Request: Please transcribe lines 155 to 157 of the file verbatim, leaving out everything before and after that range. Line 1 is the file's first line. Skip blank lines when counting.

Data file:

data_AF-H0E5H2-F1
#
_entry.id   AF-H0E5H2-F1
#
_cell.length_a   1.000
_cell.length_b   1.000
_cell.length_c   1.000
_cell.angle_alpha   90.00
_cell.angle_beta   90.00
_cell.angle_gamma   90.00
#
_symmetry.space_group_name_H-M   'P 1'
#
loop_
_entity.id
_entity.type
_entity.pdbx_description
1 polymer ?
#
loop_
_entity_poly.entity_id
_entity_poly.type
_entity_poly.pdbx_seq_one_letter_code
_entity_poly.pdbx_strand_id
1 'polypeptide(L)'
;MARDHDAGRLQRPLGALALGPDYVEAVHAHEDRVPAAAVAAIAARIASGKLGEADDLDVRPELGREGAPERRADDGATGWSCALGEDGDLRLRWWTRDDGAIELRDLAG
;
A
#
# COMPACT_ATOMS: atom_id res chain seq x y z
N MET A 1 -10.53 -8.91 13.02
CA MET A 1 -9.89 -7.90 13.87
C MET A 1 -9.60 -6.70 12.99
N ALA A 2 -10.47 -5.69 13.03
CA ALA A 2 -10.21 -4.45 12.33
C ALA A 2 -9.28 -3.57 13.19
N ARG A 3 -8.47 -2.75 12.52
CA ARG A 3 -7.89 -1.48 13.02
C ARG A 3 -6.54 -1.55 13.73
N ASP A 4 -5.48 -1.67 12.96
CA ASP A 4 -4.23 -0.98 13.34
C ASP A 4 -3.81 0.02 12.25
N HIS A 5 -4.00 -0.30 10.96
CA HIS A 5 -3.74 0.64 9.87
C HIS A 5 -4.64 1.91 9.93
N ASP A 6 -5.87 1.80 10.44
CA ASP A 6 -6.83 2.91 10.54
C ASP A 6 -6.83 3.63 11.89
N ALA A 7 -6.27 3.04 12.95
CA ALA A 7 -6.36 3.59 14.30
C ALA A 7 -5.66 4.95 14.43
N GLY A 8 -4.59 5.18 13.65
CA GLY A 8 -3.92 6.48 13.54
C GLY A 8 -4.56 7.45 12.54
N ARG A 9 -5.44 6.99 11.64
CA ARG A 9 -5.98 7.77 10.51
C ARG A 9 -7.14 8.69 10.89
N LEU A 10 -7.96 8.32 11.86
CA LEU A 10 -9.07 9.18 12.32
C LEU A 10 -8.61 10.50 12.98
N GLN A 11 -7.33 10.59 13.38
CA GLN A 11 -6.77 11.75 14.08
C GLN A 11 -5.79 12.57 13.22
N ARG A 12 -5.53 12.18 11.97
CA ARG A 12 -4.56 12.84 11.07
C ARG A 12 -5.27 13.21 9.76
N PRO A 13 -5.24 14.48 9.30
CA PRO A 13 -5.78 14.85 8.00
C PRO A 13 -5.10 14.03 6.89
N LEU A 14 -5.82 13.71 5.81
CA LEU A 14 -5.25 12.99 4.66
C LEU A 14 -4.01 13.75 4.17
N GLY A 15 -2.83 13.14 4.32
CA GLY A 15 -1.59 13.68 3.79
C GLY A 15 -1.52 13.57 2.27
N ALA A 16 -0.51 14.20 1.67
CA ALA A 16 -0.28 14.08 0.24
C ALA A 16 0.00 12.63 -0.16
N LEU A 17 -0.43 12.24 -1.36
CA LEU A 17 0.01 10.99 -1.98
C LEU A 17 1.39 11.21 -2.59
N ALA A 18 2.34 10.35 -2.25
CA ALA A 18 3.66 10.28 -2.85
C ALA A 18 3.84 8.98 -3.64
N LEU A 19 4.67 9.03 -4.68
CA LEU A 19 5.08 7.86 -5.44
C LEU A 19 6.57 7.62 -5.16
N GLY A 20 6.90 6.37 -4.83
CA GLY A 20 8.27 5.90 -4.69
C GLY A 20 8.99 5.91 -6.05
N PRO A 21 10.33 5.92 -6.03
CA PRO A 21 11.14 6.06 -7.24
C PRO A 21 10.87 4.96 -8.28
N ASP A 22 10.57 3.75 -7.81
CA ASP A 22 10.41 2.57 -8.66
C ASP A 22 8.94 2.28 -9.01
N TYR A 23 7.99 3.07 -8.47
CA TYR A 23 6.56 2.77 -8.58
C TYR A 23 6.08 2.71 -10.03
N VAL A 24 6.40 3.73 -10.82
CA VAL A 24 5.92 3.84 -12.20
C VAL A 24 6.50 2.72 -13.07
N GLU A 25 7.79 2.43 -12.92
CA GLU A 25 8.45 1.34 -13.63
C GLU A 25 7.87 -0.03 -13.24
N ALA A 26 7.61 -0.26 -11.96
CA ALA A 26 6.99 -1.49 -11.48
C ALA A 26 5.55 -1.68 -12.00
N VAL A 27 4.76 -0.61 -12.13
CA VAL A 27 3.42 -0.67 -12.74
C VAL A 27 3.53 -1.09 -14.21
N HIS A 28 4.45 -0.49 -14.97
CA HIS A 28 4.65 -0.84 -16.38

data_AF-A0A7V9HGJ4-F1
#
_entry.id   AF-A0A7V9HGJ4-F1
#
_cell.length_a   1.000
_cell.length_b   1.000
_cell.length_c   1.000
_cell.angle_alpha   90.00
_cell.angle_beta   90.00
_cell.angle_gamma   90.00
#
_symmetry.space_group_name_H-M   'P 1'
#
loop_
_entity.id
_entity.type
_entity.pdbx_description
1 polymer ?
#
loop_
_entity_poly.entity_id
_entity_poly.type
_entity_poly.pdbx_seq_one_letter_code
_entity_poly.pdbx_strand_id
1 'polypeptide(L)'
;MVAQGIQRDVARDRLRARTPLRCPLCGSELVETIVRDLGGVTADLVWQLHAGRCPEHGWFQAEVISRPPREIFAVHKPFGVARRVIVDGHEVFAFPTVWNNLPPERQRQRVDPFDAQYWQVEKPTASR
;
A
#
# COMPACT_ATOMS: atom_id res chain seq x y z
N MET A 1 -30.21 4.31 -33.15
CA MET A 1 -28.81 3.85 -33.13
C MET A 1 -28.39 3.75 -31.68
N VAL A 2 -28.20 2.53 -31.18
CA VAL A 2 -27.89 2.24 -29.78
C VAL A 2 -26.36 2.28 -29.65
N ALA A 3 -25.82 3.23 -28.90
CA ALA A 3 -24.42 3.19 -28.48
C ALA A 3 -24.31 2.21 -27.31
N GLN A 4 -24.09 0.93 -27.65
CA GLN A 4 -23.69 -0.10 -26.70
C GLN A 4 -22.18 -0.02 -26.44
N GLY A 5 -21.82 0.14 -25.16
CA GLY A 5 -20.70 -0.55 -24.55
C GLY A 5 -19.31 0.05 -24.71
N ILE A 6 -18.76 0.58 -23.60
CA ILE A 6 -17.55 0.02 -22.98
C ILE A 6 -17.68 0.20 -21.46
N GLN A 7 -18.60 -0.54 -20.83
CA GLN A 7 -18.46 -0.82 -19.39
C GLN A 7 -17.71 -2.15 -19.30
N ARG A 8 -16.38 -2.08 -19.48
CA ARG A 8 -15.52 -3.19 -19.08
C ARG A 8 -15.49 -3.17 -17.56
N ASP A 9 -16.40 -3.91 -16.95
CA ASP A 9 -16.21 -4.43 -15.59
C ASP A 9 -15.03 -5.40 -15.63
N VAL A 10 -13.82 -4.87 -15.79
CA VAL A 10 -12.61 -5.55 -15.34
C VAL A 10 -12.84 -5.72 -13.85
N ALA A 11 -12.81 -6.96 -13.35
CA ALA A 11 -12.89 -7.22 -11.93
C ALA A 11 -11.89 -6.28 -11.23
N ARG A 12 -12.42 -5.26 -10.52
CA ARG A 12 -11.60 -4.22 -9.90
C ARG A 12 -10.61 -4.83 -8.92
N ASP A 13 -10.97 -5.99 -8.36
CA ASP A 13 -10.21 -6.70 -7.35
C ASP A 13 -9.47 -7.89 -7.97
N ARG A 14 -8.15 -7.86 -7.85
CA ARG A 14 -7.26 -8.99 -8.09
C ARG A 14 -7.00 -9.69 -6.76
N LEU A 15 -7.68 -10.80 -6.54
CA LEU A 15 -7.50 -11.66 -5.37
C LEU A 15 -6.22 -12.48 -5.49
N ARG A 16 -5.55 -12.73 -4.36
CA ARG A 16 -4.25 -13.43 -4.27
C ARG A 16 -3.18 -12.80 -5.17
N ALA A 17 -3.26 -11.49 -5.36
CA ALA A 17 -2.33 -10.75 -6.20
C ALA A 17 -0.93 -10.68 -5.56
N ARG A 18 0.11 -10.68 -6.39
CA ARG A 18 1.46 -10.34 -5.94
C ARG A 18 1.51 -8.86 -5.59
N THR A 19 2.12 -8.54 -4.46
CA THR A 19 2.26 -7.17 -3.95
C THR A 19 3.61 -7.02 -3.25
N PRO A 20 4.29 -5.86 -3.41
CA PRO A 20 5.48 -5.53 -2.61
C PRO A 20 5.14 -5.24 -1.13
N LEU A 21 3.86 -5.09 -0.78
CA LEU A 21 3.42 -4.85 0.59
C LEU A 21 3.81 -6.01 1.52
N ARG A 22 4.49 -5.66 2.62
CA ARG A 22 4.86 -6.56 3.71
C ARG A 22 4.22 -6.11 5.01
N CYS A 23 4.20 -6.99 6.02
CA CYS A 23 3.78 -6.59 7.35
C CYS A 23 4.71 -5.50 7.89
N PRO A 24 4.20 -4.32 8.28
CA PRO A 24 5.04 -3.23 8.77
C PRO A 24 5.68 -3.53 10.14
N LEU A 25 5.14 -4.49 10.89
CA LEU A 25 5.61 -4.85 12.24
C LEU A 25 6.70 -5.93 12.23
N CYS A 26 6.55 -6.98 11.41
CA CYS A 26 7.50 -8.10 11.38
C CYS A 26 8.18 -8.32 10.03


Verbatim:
C GLN A 4 -22.18 -0.02 -26.44
N GLY A 5 -21.82 0.14 -25.16
CA GLY A 5 -20.70 -0.55 -24.55